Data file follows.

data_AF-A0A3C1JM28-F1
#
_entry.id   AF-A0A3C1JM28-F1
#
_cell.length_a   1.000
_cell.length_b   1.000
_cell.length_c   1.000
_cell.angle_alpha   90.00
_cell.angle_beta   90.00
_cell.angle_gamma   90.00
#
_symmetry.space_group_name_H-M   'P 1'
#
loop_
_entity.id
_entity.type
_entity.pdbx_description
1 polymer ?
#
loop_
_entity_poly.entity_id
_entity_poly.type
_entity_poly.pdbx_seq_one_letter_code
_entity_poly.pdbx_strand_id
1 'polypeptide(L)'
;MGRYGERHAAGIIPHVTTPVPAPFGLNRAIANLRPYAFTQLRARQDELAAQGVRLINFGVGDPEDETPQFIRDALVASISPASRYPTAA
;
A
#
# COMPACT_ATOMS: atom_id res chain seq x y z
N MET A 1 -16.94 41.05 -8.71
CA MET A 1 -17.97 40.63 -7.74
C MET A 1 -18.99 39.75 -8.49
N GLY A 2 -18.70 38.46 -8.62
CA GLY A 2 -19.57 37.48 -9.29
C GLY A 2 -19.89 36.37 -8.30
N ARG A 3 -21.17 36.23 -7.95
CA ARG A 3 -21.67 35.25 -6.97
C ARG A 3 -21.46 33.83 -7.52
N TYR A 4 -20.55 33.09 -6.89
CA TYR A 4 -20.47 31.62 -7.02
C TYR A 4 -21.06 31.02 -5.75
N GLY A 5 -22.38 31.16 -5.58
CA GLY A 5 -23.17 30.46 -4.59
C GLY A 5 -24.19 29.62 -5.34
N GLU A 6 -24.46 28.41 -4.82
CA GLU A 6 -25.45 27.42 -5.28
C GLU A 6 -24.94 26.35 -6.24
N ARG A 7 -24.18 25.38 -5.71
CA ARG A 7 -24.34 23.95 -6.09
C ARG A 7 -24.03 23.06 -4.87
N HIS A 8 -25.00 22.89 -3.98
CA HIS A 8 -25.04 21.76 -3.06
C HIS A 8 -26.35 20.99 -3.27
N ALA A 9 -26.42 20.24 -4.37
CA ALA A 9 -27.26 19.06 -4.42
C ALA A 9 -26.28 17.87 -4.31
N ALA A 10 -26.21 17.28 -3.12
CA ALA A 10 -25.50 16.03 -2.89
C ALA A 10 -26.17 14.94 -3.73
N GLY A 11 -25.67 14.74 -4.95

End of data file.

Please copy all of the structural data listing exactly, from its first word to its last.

data_AF-A0A3C1JM28-F1
#
_entry.id   AF-A0A3C1JM28-F1
#
_cell.length_a   1.000
_cell.length_b   1.000
_cell.length_c   1.000
_cell.angle_alpha   90.00
_cell.angle_beta   90.00
_cell.angle_gamma   90.00
#
_symmetry.space_group_name_H-M   'P 1'
#
loop_
_entity.id
_entity.type
_entity.pdbx_description
1 polymer ?
#
loop_
_entity_poly.entity_id
_entity_poly.type
_entity_poly.pdbx_seq_one_letter_code
_entity_poly.pdbx_strand_id
1 'polypeptide(L)'
;MGRYGERHAAGIIPHVTTPVPAPFGLNRAIANLRPYAFTQLRARQDELAAQGVRLINFGVGDPEDETPQFIRDALVASISPASRYPTAA
;
A
#
# COMPACT_ATOMS: atom_id res chain seq x y z
N MET A 1 -16.94 41.05 -8.71
CA MET A 1 -17.97 40.63 -7.74
C MET A 1 -18.99 39.75 -8.49
N GLY A 2 -18.70 38.46 -8.62
CA GLY A 2 -19.57 37.48 -9.29
C GLY A 2 -19.89 36.37 -8.30
N ARG A 3 -21.17 36.23 -7.95
CA ARG A 3 -21.67 35.25 -6.97
C ARG A 3 -21.46 33.83 -7.52
N TYR A 4 -20.55 33.09 -6.89
CA TYR A 4 -20.47 31.62 -7.02
C TYR A 4 -21.06 31.02 -5.75
N GLY A 5 -22.38 31.16 -5.58
CA GLY A 5 -23.17 30.46 -4.59
C GLY A 5 -24.19 29.62 -5.34
N GLU A 6 -24.46 28.41 -4.82
CA GLU A 6 -25.45 27.42 -5.28
C GLU A 6 -24.94 26.35 -6.24
N ARG A 7 -24.18 25.38 -5.71
CA ARG A 7 -24.34 23.95 -6.09
C ARG A 7 -24.03 23.06 -4.87
N HIS A 8 -25.00 22.89 -3.98
CA HIS A 8 -25.04 21.76 -3.06
C HIS A 8 -26.35 20.99 -3.27
N ALA A 9 -26.42 20.24 -4.37
CA ALA A 9 -27.26 19.06 -4.42
C ALA A 9 -26.28 17.87 -4.31
N ALA A 10 -26.21 17.28 -3.12
CA ALA A 10 -25.50 16.03 -2.89
C ALA A 10 -26.17 14.94 -3.73
N GLY A 11 -25.67 14.74 -4.95